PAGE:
How to Build a Culture of Cyber Security for Your Business
Date: 1 April 2022
The online presence of any business and its cybersecurity have become critical factors for success during the pandemic. Almost all major companies worldwide decided to switch to the option of working remotely and many are continuing to follow a remote-working or a hybrid model even now. Therefore, the number of employees who use the internet to connect to their corporate accounts from home has increased dramatically.
While it was always critical to have a healthy cybersecurity culture at your workplace, this need has become even more pronounced since the advent of the healthcare pandemic and in its aftermath.
Cybersecurity training for staff was usually a high-priority item for cyber-focussed businesses. But the COVID-19 pandemic has made this aspect of cybersecurity more relevant too. The pandemic, its physical manifestations, loss of loved ones and feelings of isolation have made the emotional state of the global workforce a critical point of focus.
The instability, fear, anxiety, and uncertainty of the COVID-19 environment has resulted in a higher probability of cyber security events. The reason is simple: most cyber attacks and large scale ransomware attacks have always started off with an innocent human error. These human errors get exaggerated in number when the workforce is in a state of emotional and physical turmoil. According to Interpol, the number of ransomware attacks has been growing manifold as the attack surface increased and the level of cyber defences weakened due to the health crisis.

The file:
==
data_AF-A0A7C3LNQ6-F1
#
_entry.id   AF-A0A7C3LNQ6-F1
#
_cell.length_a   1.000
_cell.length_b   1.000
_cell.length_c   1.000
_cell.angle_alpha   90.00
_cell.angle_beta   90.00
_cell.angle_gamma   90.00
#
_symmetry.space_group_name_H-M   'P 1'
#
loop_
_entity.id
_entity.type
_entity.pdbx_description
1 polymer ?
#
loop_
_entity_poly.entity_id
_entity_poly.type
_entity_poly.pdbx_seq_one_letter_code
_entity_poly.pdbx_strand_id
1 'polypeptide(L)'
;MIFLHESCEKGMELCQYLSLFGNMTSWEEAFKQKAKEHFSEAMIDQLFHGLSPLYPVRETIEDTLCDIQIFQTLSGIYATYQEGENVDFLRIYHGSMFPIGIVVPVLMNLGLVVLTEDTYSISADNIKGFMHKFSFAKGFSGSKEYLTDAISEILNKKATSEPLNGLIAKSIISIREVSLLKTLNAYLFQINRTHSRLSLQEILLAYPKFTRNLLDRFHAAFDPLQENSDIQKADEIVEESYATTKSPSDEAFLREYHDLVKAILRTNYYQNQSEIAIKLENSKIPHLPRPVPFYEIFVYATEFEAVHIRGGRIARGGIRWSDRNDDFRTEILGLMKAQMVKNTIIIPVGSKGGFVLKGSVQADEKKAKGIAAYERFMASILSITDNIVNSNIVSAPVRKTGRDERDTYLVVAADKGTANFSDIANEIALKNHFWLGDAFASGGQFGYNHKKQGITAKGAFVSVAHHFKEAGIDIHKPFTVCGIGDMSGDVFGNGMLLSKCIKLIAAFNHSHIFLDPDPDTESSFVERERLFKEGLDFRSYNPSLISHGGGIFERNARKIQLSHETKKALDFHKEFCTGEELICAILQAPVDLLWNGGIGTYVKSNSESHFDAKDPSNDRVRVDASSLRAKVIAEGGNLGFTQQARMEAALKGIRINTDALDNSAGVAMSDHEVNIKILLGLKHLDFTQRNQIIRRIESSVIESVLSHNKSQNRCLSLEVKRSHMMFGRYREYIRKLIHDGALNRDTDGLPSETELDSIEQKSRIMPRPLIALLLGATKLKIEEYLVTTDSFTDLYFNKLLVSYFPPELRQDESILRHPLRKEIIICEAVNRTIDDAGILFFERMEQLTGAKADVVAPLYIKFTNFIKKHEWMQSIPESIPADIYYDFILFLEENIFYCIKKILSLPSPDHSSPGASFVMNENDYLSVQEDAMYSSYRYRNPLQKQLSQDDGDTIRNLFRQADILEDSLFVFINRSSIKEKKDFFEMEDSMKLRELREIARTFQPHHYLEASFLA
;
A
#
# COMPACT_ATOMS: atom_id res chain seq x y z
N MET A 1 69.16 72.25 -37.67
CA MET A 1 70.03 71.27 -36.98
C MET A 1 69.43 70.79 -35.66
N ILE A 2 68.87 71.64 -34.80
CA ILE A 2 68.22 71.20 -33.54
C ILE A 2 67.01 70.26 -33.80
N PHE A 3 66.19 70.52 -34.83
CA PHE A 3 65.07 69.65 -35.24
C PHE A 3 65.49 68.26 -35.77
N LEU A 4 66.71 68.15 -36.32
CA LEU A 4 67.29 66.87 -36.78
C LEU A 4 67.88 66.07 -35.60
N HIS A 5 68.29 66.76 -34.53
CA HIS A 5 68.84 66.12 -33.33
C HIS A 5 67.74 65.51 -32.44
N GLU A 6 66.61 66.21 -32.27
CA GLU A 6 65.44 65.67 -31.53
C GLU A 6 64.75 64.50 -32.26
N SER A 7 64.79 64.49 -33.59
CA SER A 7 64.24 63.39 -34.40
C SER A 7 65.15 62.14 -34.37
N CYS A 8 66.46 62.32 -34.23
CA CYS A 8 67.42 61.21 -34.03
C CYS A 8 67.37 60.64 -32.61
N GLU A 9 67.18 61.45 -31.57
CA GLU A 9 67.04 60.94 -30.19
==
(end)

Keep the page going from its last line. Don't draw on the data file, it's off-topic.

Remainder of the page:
However, as the world seems to have created new paradigms for work and enterprises across the globe have realised that they have to work with the pandemic conditions going forward, now is the perfect time to reinvigorate your cybersecurity culture and strengthen good cyber practices within the organisation.
The process of increasing awareness of cyber threats and engaging employees in this problem should be consistent. The most effective approach would be to invest gradually in cyber security culture development today to avoid possible risks tomorrow. No wonder then that the expected growth of the global cybersecurity market size equals 345.4 billion U.S. in 2026 as per Statista.
Here are some ideas on how you can build a long-lasting and effective cyber culture within your workspace such that your business remains protected from cyber-crime as far as possible:
1. Focus on the Ultimate Defence: The people in your company are the most valuable resource when it comes to establishing an effective cyber security culture. The majority of cyber attacks start as phishing emails that invite your employees to unknowingly damage the company's safety by leaking out sensitive data or compromising privileged credentials.
Ironically enough, you can rely only on people and their understanding of the harmful consequences of such actions to protect your business from cybercriminals. The people you work with are your ultimate defence. This is why educating personnel in cybersecurity is absolutely indispensable today. High quality cybersecurity training courses such as the NCSC-Certified Cyber Incident Planning & Response Course help non-technical staff understand the consequences of their actions and also shed light on the actions they should take in real time in case of a security event.